Take a look at your career. Whether you’re recently out of college or a seasoned veteran, it doesn’t matter. Try recalling an instance at the company you work for now or at a previous company where innovation was happening. Can you think of one? If it takes you more than 30 seconds, the answer is probably no. Does that make you question their ability to create sustainable growth?
If you are inclined to think about innovation like me, have you ever thought about what the lost opportunity cost might be for your company if it didn’t innovate? Let’s look at it this way. If your company never thought about ways to be innovative with new ideas that are vastly different, creative, advanced, or whatever it is that creates separation from the competition, what will the customers think when they compare you to others? Hmm. Chew on that one for a while.
I was in the market for a mountain bike and searched for just the right mix of features for my style of riding. Naturally, I reviewed lots of websites, photos, customer reviews and also saw new features that are innovative for certain models. I was amazed at how many manufacturers where touting exclusive this, or new that, or “Amazing shock technology only found on this model.” Once I discovered which models where not offering the latest features, I moved on with my search. That’s a lost opportunity and lost revenue for those not innovating. Ouch!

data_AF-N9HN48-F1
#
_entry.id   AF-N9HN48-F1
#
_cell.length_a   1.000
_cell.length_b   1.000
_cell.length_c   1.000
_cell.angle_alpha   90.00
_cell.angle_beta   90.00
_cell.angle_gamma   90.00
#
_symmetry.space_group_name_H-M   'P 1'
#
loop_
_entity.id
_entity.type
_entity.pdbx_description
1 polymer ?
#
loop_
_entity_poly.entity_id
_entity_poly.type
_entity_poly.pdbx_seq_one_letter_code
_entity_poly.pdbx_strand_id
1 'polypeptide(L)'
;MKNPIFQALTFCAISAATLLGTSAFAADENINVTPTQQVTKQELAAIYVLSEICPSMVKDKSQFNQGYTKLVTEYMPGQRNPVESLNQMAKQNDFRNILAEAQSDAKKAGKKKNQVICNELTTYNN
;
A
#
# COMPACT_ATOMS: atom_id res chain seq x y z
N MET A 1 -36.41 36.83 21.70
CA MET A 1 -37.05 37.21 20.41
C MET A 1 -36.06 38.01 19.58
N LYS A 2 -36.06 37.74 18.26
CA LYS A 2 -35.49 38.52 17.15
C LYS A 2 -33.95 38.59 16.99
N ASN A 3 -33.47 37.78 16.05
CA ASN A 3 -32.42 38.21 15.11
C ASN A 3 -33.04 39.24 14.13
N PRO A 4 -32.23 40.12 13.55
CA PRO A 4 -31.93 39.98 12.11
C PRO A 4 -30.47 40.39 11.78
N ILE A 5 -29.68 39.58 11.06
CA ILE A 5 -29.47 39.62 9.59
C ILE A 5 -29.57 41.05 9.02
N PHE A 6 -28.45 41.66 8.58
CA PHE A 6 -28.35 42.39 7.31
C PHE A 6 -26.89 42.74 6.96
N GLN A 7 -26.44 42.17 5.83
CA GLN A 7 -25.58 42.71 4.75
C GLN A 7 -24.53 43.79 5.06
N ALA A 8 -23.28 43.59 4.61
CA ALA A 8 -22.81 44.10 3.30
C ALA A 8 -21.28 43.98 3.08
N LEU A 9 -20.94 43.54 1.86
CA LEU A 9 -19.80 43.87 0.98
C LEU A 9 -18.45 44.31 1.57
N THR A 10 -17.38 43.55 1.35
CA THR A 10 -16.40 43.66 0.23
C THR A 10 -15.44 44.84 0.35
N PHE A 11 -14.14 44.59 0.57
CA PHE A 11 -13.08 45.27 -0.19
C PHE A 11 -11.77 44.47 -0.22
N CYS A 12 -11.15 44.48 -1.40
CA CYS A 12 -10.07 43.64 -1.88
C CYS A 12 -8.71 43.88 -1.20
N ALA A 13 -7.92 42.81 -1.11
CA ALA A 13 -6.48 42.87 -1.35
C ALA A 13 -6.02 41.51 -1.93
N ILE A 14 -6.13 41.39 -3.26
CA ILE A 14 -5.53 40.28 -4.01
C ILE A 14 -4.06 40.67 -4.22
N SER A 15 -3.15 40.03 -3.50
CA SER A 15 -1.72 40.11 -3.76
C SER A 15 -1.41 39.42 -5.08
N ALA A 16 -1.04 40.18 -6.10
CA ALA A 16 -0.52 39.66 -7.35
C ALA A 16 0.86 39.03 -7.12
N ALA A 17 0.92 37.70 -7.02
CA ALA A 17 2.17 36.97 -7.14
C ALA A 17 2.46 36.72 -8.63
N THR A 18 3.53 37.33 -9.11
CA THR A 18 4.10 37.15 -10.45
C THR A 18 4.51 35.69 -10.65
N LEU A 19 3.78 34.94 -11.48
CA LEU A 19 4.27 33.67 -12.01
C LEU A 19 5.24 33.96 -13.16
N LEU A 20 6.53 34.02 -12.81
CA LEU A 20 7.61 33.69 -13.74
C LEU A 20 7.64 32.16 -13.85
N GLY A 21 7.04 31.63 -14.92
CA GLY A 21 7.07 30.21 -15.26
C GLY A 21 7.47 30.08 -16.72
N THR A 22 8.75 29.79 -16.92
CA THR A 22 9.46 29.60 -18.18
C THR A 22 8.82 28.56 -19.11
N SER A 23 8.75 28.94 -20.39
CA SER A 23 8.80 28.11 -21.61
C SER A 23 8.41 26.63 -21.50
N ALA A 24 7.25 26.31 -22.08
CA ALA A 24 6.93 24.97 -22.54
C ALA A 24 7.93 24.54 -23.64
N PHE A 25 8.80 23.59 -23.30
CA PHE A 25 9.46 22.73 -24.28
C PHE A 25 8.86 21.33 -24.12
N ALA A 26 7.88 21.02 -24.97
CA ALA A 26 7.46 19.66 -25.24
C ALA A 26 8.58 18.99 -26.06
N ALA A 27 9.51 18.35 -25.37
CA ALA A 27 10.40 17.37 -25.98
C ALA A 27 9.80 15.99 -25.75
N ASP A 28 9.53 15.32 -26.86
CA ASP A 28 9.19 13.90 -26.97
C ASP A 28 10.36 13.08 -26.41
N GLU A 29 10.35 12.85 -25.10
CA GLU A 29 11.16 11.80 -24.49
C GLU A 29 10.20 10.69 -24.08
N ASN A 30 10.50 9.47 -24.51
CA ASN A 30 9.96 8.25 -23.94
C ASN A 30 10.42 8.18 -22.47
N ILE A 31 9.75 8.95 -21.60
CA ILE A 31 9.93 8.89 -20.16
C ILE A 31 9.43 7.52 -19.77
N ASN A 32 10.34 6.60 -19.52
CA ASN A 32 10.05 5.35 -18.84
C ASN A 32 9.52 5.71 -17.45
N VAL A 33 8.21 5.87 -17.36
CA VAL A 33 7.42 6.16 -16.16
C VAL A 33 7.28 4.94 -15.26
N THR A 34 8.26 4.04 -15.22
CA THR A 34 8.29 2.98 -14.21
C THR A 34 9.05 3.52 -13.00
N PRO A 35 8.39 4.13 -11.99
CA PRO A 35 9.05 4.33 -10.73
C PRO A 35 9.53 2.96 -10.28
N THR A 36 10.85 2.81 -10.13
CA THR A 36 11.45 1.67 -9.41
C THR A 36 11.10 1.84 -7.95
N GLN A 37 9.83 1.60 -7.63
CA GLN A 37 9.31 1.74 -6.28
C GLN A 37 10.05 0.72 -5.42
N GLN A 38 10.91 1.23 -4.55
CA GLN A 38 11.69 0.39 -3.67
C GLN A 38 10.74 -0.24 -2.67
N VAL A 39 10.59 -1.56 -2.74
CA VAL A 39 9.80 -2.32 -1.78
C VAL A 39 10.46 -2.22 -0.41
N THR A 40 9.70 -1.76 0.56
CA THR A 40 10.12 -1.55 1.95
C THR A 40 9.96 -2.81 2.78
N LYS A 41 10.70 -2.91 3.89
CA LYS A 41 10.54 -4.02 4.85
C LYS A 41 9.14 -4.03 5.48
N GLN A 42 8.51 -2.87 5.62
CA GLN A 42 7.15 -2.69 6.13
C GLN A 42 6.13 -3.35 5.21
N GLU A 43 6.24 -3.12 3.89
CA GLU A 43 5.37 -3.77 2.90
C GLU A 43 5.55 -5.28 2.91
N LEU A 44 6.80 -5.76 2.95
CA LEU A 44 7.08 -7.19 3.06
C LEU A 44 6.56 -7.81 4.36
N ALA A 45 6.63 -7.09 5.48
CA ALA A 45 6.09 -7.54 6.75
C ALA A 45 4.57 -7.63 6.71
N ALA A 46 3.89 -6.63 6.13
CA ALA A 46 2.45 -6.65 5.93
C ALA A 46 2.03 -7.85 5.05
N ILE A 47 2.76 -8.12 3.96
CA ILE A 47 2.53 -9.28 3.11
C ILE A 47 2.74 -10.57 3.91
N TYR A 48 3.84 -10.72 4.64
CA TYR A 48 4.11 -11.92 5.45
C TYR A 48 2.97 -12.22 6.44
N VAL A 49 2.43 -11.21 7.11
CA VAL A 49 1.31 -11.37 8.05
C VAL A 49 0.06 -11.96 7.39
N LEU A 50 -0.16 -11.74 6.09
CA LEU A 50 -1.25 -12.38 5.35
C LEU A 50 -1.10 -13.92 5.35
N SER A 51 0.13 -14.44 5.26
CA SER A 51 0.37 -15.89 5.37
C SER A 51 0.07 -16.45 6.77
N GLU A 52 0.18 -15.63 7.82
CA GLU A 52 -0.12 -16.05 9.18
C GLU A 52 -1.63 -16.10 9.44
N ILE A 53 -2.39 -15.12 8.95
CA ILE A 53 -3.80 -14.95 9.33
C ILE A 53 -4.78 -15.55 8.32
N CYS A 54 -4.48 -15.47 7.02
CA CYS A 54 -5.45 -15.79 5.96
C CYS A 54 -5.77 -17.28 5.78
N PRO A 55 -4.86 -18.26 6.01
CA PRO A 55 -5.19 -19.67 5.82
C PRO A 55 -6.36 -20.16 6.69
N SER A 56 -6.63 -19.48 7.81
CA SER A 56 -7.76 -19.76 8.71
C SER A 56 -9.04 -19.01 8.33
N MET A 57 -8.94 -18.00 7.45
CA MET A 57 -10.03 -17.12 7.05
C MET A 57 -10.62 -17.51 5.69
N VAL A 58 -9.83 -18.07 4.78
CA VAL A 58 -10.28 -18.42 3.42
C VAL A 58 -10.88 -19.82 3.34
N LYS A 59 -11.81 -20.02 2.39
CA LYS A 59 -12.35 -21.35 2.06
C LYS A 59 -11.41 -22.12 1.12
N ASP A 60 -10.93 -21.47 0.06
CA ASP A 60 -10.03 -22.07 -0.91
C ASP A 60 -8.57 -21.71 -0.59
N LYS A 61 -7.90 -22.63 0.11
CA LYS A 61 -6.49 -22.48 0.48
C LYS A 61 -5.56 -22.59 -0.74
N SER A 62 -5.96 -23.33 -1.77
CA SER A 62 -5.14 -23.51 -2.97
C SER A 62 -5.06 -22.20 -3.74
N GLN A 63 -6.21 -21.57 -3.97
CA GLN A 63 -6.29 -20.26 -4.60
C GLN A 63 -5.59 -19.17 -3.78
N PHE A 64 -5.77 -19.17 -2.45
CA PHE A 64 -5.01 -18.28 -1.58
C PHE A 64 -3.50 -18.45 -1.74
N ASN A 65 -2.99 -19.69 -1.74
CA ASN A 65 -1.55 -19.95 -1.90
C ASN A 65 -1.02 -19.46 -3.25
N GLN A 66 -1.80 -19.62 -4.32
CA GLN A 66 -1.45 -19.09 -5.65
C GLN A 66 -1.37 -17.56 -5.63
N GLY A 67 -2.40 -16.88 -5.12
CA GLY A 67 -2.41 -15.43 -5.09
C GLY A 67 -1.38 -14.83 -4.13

Here’s a lesson for most companies. You can’t refuse to innovate. Customers are very intelligent and have access to more information at their fingertips than ever before. Customers are comparing your brand and your offerings every day to your competition. If you don’t rise to the top in their minds and provide new, innovative ways to solve their problem or give them a reason to purchase your product, the cost is pretty simple to understand. No innovation = reduced sales. This is a problem.
Unnovation vs. Innovation
In a recent article for The Huffington Post titled, Questions Surrounding Unnovation vs. Innovation, a few key points were noted. All of us need to understand these keys, especially in assessing the opportunity cost.
- Innovation is really unnovation that fails to create value
- Companies must kick the habit of unnovation
- Unnovation can be thought of as a refusal to create new ideas, adopt new ideas and embrace them
- Lack of innovating or unnovating can be just plain stupid
Innovation is not easy to create. If it was, just about everyone would be doing it. However, there are a few things your company can do to help point you in the right direction and give you a fighting chance. In this Huffington Post article called 5 Ways to Energize Your Brand and Fuel Innovation, I discuss a few ideas that will help energize your team and fuel innovation.
- Look for new ways to modify your existing business
- Find employees that are innovative
- Look into the future • Prioritize your ideas
- Get your idea to market quickly
The Frustrating Side Of Innovation